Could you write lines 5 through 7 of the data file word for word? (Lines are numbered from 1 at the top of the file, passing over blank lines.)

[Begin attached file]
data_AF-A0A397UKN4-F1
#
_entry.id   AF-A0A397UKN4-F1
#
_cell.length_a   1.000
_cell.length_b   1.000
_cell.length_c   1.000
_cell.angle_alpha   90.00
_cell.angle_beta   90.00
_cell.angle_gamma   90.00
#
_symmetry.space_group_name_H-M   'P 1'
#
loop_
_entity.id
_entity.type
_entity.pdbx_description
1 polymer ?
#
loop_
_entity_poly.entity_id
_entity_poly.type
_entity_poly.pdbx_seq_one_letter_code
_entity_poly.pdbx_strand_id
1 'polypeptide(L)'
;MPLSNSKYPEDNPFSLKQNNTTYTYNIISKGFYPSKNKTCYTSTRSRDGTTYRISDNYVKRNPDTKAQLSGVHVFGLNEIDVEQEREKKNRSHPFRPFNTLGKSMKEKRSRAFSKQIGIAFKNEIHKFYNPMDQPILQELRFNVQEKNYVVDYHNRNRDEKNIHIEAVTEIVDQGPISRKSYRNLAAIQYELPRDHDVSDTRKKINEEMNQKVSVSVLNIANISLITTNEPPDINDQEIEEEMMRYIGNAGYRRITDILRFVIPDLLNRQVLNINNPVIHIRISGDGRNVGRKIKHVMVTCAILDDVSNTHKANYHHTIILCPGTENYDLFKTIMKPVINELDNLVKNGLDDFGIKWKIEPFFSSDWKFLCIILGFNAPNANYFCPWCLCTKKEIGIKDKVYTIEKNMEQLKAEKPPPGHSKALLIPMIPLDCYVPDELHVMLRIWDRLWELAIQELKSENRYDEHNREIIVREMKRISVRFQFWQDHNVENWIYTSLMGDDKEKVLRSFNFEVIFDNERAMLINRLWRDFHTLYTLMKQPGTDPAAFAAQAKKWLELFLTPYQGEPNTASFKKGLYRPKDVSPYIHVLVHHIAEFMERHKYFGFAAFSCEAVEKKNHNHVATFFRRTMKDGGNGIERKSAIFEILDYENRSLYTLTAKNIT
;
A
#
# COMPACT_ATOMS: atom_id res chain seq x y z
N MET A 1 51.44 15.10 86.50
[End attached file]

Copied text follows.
_cell.length_a   1.000
_cell.length_b   1.000
_cell.length_c   1.000